Sometimes Justice Strikes The Law Abiding


Red Mountain Bike On Red Background

The real threat on our roads.

You know, Biglaw and cycling law aren’t that different from each other. The wheels keep on turning, be they the wheels of commerce or Continental Gatorskin. Both have been known to interact with the police when numbers get fudged — Biglaw has its accounting issues and cyclists get ran through the runner when it comes to license plates.

A lawyer who represents victims of traffic violence landed in some legal trouble of his own after cops cuffed him for trying to fix a motorist’s illegally obscured license plate, throwing him in a jail cell for several hours and charging him with criminal mischief.

Adam White, an attorney at the firm Vaccaro and White, says he was biking to work last Friday on Fourth Avenue in Brooklyn when he spotted a Chevy SUV with a piece of plastic obstructing a single digit on its license plate — a common (yet illegal) practice that helps drivers evade traffic cameras or tolls, or flee after hit-and-runs. Mayor Adams has pledged to crack down on the practice, despite members of his own administration — and many cops — employing it themselves.

Looking past judging this guy for his strong hall-monitor energy, this is a weird thing to jail a man for. No way that fixing someone’s illegally obscured license plate is worse than Josh Hawley knowingly violating transparency laws or Brett Favre stealing millions from welfare recipients. When teaching criminal law and sentencing, some law professors go into the ethical and practical dimensions of determining why a person should receive the specific punishment that they do for committing a crime. In an ideal world (which wouldn’t have prisons), each punishment should be evaluated on its on terms. That said, it is super weird for this guy to get more jail time for fixing an illegal license plate than *insert litany of violations committed regularly by people in positions of authority.* This is especially true when his direct action helps to generally make the road a little safer for everyone else. Also, specifically. Turns out the guy whose license was obscured has a bit of a traffic record.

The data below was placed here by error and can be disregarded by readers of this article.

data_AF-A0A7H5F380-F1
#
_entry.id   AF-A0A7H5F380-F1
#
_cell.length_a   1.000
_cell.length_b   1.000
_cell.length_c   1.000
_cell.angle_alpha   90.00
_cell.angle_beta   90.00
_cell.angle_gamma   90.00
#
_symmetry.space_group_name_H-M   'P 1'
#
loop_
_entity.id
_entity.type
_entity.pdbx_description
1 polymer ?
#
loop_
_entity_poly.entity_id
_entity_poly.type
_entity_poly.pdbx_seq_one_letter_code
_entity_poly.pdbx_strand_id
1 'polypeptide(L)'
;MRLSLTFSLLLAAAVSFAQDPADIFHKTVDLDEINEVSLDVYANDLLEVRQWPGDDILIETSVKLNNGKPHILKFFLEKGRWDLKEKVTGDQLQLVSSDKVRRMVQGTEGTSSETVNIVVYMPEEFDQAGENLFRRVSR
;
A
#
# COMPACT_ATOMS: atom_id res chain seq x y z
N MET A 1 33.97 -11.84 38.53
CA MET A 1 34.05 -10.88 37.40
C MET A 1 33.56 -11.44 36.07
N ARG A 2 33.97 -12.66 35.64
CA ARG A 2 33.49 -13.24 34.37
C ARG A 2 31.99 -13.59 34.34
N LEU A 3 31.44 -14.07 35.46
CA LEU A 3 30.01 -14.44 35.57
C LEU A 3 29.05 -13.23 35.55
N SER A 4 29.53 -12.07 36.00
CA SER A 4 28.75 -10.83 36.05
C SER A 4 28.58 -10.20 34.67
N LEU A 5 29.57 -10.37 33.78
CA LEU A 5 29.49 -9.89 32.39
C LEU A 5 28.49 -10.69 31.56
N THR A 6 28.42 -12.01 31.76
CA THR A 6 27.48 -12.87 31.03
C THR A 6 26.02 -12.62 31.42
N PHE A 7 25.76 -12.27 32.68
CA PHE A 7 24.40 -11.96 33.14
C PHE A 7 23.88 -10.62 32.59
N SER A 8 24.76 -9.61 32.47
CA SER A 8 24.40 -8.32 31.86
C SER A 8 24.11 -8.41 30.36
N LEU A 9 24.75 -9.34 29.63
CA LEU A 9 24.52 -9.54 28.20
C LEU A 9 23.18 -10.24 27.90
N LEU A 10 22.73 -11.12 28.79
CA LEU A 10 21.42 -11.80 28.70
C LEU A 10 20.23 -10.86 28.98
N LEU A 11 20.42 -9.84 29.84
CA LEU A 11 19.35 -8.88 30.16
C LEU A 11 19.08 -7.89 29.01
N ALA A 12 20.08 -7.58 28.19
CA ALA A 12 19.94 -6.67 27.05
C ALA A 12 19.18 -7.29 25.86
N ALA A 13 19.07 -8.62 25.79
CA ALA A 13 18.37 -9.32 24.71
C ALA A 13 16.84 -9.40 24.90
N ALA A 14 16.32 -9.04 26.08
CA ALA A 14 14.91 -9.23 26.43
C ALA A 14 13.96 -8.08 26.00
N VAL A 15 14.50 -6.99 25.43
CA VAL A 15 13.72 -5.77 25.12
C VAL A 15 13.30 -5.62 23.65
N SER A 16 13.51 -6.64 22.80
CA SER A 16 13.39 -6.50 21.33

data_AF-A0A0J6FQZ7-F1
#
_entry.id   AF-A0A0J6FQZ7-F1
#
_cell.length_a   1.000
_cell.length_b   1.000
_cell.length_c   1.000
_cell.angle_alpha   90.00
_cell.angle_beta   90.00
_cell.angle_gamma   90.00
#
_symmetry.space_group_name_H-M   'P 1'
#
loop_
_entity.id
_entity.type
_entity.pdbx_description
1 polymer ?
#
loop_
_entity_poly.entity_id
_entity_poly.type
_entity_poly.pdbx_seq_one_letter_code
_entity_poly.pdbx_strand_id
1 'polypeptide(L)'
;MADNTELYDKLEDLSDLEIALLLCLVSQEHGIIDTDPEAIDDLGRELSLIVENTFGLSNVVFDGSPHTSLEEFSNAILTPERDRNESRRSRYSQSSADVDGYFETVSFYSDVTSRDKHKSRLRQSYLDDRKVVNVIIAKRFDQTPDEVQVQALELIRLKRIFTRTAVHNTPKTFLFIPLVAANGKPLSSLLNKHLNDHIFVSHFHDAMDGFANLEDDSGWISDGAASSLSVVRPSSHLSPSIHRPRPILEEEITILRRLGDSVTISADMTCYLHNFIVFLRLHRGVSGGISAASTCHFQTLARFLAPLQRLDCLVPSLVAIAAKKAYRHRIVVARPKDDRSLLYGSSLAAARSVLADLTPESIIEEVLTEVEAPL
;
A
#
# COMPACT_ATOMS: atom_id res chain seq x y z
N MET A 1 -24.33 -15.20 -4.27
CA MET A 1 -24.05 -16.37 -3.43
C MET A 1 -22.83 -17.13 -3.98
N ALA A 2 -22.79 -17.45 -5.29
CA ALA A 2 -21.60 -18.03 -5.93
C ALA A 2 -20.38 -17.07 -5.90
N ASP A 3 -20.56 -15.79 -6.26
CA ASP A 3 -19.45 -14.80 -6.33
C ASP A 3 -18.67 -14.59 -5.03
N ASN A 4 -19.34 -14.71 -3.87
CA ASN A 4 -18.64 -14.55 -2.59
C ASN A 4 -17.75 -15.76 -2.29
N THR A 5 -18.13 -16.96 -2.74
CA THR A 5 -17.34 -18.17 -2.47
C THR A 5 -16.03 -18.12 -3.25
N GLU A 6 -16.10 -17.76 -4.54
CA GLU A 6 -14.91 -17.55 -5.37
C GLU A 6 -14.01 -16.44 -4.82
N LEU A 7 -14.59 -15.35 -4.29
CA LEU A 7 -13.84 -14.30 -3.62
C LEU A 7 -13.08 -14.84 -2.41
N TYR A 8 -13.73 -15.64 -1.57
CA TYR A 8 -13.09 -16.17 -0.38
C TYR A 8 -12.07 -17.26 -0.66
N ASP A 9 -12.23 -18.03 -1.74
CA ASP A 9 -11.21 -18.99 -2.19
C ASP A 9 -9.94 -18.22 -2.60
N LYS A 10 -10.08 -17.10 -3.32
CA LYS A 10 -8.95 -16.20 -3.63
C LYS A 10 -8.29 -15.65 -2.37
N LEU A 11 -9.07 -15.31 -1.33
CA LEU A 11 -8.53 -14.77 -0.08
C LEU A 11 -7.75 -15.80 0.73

The driver, who White believes may be either a municipal employee or adjacent, has racked up 26 violations since 2019, including six for speeding in school zones, according to city records via How’s My Driving.

You really do wish that things like this were a rare occurrence but reality is often disappointing.

“This is what I do for a living. People are getting killed and maimed all over the city, and you can’t identify a vehicle. It’s undermining all laws, speed cameras. Police don’t do anything about it,” said White. “It’s becoming more and more rampant.”

Thank you for fighting the good fight, fellow lawyer-cyclist. Maybe if people start obeying road laws and doing their jobs, you’ll be able to retire your vigilante status. Until then, be the hero Gotham deserves. I won’t be bailing you out though.

Cops Arrest Famed Bike Lawyer For Fixing a Driver’s Obscured License Plate [NYC.Streetsblog.org]


Chris Williams became a social media manager and assistant editor for Above the Law in June 2021. Prior to joining the staff, he moonlighted as a minor Memelord™ in the Facebook group Law School Memes for Edgy T14s.  He endured Missouri long enough to graduate from Washington University in St. Louis School of Law. He is a former boatbuilder who cannot swim, a published author on critical race theory, philosophy, and humor, and has a love for cycling that occasionally annoys his peers. You can reach him by email at cwilliams@abovethelaw.com and by tweet at @WritesForRent.





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